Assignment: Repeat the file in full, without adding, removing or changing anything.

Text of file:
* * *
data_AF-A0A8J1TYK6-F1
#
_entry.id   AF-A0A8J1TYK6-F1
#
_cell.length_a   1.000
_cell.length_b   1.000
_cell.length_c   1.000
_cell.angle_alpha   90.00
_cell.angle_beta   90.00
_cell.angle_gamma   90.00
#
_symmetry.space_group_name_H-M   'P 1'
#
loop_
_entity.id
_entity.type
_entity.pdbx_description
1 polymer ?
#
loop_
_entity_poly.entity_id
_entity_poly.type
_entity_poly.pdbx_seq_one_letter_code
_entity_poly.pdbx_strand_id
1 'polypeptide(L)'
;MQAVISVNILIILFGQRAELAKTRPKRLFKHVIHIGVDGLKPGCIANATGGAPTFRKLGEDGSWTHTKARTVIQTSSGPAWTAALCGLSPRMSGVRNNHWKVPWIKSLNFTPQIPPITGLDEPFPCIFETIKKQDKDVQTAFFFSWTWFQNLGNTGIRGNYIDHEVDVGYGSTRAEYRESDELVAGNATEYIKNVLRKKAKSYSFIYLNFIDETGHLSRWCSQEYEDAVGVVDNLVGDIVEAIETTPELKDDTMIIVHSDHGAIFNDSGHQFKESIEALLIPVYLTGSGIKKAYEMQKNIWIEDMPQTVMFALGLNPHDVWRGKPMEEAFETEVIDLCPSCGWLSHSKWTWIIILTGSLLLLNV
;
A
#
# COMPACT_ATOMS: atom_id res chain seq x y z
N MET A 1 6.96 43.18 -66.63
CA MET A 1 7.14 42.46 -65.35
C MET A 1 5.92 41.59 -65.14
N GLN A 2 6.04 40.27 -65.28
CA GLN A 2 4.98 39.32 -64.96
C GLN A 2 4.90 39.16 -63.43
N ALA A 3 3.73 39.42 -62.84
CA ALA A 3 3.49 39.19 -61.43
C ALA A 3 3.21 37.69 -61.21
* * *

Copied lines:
data_AF-A0A8J1TYK6-F1
#
_entry.id   AF-A0A8J1TYK6-F1
#
_cell.length_a   1.000
_cell.length_b   1.000
_cell.length_c   1.000
_cell.angle_alpha   90.00
_cell.angle_beta   90.00
_cell.angle_gamma   90.00
#
_symmetry.space_group_name_H-M   'P 1'
#
loop_
_entity.id
_entity.type
_entity.pdbx_description
1 polymer ?
#
loop_
_entity_poly.entity_id
_entity_poly.type
_entity_poly.pdbx_seq_one_letter_code
_entity_poly.pdbx_strand_id
1 'polypeptide(L)'
;MQAVISVNILIILFGQRAELAKTRPKRLFKHVIHIGVDGLKPGCIANATGGAPTFRKLGEDGSWTHTKARTVIQTSSGPAWTAALCGLSPRMSGVRNNHWKVPWIKSLNFTPQIPPITGLDEPFPCIFETIKKQDKDVQTAFFFSWTWFQNLGNTGIRGNYIDHEVDVGYGSTRAEYRESDELVAGNATEYIKNVLRKKAKSYSFIYLNFIDETGHLSRWCSQEYEDAVGVVDNLVGDIVEAIETTPELKDDTMIIVHSDHGAIFNDSGHQFKESIEALLIPVYLTGSGIKKAYEMQKNIWIEDMPQTVMFALGLNPHDVWRGKPMEEAFETEVIDLCPSCGWLSHSKWTWIIILTGSLLLLNV
;
A
#
# COMPACT_ATOMS: atom_id res chain seq x y z
N MET A 1 6.96 43.18 -66.63
CA MET A 1 7.14 42.46 -65.35
C MET A 1 5.92 41.59 -65.14
N GLN A 2 6.04 40.27 -65.28
CA GLN A 2 4.98 39.32 -64.96
C GLN A 2 4.90 39.16 -63.43
N ALA A 3 3.73 39.42 -62.84
CA ALA A 3 3.49 39.19 -61.43
C ALA A 3 3.21 37.69 -61.21